Arthur transmédial / Transmedial Arthur (Valenciennes)

Hauts-de-France Polytechnic University, Valenciennes

November 12 and 13, 2020

Arthur transmedial

the legend of king Arthur between cinema, series, comics, music and games

The legend of King Arthur has experienced a revival thanks to the success of new media and mass culture. Very popular until the XVIe century, first in medieval manuscripts then in Renaissance prints, it partially overshadowed in the XVIIe-XVIIIe centuries before experiencing a new boom from the XIXe. In the XIXe-XXecenturies, modern rewritings multiply and medieval sources – novels in verse by Chretien de Troyes (XIIecentury) as well as the 13th century prose novelse century (Little Cycle by Robert de Boron, Vulgate cycle, Tristan in prose, Perlesvaus…) – become accessible again thanks to scholarly editions. Today, this legend, resolutely “transmedial”, circulates in the cinema, television series, comics, music and even the world of games.

This conference aims to question the process of transmediality at work in productions linked to the legend of King Arthur, the mechanisms of “migration” implied by these transpositions to other media, the ways in which these old stories interact with the The contemporary world. We may be interested in particular, but not exclusively, in the transmedial destiny of certain Arthurian heroes – such as Arthur, Merlin, Guenièvre, la fée Morgane, la Dame du Lac, Perceval, Lancelot – or certain themes or emblematic elements of the myth, such as the quest for the Grail, the wars fought by King Arthur, the initiatory journey of each knight, the female figures of legend. How did the emergence take place and how do we assess the persistence of creations that could be described as “para-Arthurian”?

Communication proposals, maximum 300 words (with 5-6 keywords), followed by a brief bio-bibliographic notice, should be sent to the organizing committee no later than June 15, 2020: [email protected]

Responses to participants will be communicated around July 15, 2020.

Organizers: Emanuele Arioli and Brigitte Friant-Kessler.

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Hauts-de-France Polytechnic University, Valenciennes

November 12 and 13, 2020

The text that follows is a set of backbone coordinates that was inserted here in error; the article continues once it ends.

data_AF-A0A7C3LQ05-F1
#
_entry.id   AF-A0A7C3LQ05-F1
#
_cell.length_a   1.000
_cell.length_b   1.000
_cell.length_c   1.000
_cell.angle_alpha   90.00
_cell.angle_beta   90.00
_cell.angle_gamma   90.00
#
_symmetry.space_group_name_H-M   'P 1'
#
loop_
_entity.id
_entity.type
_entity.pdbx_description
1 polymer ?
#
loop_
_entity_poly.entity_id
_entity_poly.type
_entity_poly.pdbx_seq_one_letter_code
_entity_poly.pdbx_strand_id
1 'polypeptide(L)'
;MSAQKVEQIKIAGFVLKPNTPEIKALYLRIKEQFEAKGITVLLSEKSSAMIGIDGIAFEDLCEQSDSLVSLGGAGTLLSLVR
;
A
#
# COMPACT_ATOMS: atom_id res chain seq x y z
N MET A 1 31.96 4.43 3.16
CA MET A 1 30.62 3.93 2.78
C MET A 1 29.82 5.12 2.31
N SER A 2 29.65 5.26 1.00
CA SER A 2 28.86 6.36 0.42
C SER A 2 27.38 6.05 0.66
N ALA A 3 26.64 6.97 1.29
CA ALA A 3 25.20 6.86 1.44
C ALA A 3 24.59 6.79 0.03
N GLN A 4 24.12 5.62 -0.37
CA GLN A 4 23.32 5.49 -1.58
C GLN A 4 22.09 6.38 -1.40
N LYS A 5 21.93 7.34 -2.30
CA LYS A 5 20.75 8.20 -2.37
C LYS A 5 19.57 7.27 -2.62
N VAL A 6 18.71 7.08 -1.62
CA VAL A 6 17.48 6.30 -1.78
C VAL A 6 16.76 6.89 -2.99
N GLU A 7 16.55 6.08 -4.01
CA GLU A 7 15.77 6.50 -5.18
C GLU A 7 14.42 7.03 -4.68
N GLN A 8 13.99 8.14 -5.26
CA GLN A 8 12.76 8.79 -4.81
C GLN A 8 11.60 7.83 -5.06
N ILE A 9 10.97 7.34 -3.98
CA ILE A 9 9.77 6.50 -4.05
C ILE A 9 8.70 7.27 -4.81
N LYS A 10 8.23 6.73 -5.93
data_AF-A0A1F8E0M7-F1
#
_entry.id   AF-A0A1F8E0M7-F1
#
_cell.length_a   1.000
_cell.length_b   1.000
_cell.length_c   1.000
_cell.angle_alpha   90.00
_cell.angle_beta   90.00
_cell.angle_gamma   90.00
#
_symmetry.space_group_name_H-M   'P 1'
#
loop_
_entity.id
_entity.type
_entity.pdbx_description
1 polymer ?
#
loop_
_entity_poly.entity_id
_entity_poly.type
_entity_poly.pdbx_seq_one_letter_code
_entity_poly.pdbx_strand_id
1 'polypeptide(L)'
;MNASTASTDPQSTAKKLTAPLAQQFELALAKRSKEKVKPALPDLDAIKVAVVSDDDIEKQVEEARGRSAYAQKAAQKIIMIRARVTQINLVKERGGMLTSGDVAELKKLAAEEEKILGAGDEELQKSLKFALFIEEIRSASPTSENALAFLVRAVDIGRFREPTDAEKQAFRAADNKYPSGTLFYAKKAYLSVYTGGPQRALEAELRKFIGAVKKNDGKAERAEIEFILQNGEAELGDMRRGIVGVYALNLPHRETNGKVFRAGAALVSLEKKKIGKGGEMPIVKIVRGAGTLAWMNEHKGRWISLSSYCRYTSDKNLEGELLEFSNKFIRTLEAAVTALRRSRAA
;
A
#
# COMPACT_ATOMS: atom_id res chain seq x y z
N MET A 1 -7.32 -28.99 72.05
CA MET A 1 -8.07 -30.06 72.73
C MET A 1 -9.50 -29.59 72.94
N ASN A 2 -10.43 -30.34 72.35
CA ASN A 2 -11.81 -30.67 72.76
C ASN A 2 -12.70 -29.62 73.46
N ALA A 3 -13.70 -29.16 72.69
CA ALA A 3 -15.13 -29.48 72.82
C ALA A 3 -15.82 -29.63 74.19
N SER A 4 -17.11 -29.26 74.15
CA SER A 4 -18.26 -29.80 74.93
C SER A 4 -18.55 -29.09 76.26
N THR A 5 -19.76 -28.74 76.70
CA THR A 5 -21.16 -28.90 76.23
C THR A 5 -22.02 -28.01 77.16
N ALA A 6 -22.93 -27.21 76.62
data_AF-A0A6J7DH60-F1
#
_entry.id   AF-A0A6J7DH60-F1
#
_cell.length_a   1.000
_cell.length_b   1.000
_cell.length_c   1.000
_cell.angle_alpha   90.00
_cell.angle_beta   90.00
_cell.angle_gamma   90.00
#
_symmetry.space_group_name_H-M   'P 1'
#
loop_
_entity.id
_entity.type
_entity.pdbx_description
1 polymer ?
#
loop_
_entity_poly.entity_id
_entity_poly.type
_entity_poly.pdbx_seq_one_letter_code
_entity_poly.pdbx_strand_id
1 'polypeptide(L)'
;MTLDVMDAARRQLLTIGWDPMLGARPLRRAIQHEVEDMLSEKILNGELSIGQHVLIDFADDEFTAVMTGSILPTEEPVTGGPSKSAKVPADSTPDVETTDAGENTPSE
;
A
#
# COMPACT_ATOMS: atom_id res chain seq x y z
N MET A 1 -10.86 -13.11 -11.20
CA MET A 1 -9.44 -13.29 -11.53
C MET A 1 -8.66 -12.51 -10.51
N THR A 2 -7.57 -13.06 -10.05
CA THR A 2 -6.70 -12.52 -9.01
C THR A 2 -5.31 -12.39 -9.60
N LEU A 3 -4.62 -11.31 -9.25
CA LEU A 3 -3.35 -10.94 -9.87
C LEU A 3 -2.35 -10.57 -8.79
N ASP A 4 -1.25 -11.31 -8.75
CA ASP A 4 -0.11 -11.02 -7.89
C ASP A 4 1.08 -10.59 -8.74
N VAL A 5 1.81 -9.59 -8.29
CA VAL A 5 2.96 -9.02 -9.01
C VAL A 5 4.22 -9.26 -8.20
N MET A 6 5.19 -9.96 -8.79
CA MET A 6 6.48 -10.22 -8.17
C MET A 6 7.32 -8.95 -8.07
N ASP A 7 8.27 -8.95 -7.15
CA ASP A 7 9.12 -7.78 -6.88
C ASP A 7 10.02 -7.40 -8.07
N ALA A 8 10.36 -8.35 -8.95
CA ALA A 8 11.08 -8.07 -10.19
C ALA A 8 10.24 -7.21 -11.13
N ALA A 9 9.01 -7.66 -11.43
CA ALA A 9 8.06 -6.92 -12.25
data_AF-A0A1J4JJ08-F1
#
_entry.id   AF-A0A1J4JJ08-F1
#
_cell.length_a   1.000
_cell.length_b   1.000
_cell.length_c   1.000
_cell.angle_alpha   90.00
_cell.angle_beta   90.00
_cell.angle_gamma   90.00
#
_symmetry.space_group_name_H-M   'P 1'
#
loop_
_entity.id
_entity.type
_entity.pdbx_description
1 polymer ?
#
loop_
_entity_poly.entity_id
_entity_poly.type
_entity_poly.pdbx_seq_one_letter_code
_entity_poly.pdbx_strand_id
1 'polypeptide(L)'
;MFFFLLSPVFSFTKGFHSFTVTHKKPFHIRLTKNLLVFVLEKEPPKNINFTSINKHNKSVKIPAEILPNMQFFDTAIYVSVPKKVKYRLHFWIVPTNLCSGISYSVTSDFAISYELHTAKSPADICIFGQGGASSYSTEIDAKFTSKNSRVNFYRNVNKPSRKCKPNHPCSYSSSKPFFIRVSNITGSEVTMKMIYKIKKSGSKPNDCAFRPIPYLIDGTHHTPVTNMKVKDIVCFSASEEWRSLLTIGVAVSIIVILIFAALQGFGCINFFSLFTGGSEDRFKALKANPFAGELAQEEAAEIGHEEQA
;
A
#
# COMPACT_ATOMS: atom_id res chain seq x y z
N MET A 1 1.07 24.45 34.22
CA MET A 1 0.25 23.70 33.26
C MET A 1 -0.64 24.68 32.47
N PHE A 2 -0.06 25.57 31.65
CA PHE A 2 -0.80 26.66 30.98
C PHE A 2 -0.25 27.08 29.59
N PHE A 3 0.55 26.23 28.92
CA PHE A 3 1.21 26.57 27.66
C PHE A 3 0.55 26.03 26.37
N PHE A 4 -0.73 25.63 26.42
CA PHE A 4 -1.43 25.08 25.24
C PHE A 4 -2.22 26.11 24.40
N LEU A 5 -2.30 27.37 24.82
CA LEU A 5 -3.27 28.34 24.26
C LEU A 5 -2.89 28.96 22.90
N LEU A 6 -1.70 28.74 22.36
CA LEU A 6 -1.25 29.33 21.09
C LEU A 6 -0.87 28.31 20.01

Transmedial Arthur

The Arthurian legend in film, series, comics, music and games

The legend of King Arthur has widely benefited from the emergence of new media, mass production and what Henry Jenkins theorized as participatory culture. Highly popular in the 16th century, first printed and circulated in medieval manuscripts, then later in books, Arthur as a figure was partly overshadowed in the 17th and 18th centuries but came back into fashion with Romanticism and the Medieval Revival period of the 19th century. Rewritings of the medieval sources such as the novel in verse by Chrétien de Troyes or 13th-century texts in prose helped to disseminate the legend.

Under the influence of film makers, screenwriters, composers and graphic artists the Arthurian legend has constantly been transformed, reshaped and redefined. From the 20th century onwards, and far from having fallen into oblivion, the Arthurian legend has spawned a large variety of adaptations and reappropriations. It migrated from film to TV series and even into the world of games, whether board games or video games. The legend has also inspired artists to create comic books, graphic novels, and compose musical pieces.

While Arthurian figures and myths in 19th-century Britain have long attracted scholarly attention, we invite contributions that examine how what may be termed “para-Arthurian forms” emerged in other media and what could account for the migration process. Those para-Arthurian forms have no doubt had an impact on the original medieval legend and therefore we seek to explore during that conference the way adaptations and appropriations can bridge cultural and aesthetic gaps between highbrow literature and popular culture.

Specific Arthurian characters may be selected for papers, such as Arthur, Merlin, Guinevere, Morgan Le Fay, the Lady of the Lake, Percival, or Sir Launcelot. Major recurring themes and emblematic elements, places and objects on which the legend was built and thrived can also be addressed. The latter may comprise the quest of the Holy Grail, particular battles, rituals and rites of passage of the knights, as well as the role played by important female figures.

Beside a short biographical note, proposals in French or English, no longer than 300 words with 5-6 keywords, should be sent to the following email address:

[email protected]

Deadline for proposals:

June 15, 2020

Date of acceptance:

July 1-15, 2020

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